This book argues that today’s professoriate has become increasingly theatrical, largely as a result of neoliberal policies in higher education, but also in response to an anti-intellectual scrutiny that has become pervasive throughout the Western world. The Theatrical Professoriate: Contemporary Higher Education and Its Academic Dramas examines how the Western professoriate increasingly finds itself enacting command performances that utilize scripting, characterization, surrogation, and spectacle—the hallmarks of theatricality—toward neoliberal ends. Roxworthy explores how the theatrical nature of today’s professoriate and the resultant glut of performances about academia on stage and screen have contributed to a highly ambivalent public fascination with academia. She further documents the "theatrical turn" witnessed in American higher education, as academic institutions use performance to intervene in the diversity issues and disciplinary disparities fueled by neoliberalism. By analyzing academic dramas and their audience reception alongside theoretical approaches, the author reveals how contemporary academia drives the professoriate to perform in what seem like increasingly artificial ways. Ideal for practitioners and students of education, ethnic, and science studies, The Theatrical Professoriate deftly intervenes in Performance Studies’ still-unsettled debates over the differential impact of live versus mediated performances.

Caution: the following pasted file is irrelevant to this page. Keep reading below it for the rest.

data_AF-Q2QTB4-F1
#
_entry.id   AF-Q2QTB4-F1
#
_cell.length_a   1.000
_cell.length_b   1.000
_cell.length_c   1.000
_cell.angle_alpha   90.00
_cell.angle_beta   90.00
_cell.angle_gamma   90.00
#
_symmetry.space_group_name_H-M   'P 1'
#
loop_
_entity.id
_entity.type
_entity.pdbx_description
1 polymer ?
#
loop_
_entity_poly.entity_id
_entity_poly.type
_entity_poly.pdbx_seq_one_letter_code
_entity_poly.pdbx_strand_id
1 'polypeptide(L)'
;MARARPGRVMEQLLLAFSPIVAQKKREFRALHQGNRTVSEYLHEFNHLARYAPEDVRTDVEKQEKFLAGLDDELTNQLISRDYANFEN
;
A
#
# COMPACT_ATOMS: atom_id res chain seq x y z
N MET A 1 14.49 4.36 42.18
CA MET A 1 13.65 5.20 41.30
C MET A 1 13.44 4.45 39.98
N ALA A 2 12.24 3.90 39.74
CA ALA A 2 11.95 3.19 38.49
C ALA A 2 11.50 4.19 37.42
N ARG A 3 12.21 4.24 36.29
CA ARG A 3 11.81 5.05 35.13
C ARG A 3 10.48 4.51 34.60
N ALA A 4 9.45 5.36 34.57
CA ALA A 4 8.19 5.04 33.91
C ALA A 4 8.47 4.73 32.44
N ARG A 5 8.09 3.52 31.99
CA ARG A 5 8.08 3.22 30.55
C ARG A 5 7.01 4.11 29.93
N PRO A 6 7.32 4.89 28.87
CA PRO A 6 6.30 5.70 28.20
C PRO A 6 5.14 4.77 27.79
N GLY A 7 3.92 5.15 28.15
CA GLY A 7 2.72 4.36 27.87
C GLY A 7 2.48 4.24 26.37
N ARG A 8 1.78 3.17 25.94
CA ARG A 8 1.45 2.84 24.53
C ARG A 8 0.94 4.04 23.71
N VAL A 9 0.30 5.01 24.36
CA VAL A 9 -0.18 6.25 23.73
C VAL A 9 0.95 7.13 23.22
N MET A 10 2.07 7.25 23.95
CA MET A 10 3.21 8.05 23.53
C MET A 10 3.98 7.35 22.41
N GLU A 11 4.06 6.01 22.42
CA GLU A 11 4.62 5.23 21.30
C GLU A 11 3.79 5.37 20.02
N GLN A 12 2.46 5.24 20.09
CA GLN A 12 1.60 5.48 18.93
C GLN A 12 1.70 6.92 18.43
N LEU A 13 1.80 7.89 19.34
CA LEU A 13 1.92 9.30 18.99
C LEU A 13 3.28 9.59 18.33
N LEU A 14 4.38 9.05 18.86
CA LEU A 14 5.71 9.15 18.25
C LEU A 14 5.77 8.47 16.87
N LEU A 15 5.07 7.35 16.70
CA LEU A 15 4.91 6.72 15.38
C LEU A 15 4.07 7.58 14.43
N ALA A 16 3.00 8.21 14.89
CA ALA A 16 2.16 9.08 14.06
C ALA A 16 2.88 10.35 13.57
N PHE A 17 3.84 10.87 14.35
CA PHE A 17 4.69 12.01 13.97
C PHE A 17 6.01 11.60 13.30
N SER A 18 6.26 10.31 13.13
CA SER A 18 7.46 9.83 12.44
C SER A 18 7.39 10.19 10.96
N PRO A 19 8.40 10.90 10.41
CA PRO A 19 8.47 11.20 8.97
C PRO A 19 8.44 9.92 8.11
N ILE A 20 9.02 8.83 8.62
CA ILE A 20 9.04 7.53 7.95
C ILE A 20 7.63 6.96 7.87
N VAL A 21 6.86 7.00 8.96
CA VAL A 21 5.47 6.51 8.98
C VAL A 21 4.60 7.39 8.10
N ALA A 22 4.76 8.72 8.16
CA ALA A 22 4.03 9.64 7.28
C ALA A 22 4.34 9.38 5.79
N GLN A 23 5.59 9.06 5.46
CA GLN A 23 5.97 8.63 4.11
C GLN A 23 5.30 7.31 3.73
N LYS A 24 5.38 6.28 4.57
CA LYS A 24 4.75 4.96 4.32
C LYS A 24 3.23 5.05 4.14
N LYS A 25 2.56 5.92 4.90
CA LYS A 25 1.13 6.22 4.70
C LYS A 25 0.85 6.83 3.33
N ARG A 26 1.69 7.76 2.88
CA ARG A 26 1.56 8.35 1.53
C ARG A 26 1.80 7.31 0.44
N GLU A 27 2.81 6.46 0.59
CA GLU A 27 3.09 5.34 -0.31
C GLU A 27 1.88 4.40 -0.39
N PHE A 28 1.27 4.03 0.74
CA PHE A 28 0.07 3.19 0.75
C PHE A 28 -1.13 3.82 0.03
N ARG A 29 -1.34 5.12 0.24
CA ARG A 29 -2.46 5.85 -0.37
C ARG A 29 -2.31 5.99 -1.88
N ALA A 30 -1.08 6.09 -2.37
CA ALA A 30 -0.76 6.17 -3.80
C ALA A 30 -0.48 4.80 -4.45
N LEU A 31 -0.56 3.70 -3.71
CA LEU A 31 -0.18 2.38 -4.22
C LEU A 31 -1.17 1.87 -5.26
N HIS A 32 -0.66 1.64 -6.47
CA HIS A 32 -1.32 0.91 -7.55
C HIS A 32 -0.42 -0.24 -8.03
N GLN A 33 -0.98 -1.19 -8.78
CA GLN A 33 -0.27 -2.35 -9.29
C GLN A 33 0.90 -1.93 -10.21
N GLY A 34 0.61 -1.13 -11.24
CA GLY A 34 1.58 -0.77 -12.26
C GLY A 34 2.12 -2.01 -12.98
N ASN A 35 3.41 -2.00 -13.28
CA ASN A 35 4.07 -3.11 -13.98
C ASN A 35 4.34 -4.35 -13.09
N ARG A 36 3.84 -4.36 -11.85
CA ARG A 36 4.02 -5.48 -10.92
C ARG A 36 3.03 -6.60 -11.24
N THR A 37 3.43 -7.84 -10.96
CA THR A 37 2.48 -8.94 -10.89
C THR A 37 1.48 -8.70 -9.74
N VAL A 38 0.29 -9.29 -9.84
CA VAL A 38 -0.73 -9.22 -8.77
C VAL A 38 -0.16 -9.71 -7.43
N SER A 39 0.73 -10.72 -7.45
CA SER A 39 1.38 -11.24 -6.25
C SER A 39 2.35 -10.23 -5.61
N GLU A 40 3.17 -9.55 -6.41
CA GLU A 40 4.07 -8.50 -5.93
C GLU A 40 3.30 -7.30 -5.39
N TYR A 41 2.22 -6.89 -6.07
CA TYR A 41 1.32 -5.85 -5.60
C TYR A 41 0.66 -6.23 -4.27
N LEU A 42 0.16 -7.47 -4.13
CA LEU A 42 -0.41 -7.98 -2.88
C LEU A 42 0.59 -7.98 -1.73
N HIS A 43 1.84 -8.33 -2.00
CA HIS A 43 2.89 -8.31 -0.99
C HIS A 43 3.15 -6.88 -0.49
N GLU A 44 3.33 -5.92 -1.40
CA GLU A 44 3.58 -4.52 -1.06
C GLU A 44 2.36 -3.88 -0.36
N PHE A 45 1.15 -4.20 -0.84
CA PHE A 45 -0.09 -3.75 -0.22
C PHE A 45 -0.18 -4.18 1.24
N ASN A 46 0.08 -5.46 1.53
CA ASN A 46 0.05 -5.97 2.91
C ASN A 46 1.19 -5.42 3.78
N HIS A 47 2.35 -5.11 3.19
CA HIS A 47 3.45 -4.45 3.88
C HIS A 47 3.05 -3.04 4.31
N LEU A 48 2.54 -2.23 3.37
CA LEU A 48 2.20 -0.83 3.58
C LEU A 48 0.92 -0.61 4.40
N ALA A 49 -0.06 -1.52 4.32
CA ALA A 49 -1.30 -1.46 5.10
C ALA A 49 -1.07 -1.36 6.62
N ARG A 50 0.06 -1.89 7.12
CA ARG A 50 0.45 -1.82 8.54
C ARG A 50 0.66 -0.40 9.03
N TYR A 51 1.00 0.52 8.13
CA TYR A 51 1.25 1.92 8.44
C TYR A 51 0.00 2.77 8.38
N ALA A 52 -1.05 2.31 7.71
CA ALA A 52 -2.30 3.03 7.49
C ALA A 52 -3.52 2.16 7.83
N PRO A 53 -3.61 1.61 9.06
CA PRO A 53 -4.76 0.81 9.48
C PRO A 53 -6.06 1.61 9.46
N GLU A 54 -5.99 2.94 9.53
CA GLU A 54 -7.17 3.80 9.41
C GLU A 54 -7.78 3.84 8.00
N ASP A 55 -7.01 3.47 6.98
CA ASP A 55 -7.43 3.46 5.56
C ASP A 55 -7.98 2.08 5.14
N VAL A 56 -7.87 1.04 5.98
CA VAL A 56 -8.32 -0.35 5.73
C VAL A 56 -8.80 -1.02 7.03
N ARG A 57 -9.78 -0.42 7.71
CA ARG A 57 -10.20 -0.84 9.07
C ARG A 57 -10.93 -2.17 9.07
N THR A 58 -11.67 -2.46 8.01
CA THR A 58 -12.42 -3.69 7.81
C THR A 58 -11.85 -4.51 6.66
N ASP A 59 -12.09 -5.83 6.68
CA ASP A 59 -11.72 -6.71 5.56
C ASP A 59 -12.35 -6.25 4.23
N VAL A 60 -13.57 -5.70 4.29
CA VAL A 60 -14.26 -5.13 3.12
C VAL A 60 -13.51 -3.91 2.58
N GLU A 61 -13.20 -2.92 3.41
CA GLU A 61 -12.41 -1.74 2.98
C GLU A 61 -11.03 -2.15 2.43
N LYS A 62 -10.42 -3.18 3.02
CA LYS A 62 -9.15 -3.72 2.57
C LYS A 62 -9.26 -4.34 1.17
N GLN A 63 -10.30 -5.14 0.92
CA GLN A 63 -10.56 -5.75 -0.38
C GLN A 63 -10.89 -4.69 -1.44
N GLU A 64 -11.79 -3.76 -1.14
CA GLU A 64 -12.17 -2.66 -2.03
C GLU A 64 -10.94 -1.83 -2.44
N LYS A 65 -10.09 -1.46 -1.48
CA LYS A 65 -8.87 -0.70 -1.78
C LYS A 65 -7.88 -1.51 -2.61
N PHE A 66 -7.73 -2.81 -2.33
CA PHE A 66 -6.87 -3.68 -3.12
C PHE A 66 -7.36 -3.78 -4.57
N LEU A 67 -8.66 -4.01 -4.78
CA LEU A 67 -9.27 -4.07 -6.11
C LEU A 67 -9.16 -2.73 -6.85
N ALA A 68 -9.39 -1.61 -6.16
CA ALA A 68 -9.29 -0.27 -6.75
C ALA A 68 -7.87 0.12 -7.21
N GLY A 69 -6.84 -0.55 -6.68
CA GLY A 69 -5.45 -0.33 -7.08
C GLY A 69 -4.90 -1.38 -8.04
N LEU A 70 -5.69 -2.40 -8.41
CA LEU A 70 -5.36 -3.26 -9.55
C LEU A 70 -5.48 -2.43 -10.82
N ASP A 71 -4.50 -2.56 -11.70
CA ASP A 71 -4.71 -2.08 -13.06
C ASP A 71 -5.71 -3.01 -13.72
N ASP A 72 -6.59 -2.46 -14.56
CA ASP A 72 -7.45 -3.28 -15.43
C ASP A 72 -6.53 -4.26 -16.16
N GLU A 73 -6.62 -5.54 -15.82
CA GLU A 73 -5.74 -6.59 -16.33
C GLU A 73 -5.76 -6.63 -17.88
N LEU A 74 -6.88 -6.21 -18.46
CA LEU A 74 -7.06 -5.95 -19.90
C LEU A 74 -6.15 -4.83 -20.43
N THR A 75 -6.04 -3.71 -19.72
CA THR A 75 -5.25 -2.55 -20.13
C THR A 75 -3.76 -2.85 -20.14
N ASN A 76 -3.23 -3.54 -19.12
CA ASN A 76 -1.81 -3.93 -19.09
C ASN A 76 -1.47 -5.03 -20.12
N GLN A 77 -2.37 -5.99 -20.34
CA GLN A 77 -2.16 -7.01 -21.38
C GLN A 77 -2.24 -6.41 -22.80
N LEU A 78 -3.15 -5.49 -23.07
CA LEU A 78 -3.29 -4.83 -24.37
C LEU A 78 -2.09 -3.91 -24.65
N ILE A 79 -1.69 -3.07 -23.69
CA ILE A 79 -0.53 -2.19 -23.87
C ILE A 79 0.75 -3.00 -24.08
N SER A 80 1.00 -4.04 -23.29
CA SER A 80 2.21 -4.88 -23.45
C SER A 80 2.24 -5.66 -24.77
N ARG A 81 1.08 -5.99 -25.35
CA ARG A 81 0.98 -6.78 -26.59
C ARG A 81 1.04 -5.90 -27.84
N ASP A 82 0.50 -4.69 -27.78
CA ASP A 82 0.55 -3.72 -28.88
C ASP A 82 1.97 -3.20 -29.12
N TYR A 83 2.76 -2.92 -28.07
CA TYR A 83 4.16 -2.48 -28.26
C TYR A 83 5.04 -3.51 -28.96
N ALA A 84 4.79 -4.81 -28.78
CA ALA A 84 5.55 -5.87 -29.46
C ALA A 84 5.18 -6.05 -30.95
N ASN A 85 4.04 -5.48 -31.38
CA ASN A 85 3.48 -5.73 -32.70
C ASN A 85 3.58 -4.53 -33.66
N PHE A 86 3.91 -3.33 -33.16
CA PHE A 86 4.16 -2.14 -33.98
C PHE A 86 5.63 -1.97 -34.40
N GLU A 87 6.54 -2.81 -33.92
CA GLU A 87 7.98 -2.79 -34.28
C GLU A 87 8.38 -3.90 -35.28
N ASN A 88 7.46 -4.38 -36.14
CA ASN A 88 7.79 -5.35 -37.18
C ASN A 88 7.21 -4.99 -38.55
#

The Wounded Hero in Contemporary Fiction tracks the emergence of a new type of physically and/or spiritually wounded hero(ine) in contemporary fiction. Editors, Susana Onega and Jean-Michel Ganteu bring together some of the top minds in the field to explore the paradoxical lives of these heroes that have embraced, rather than overcome, their suffering, alienation and marginalisation as a form of self-definition.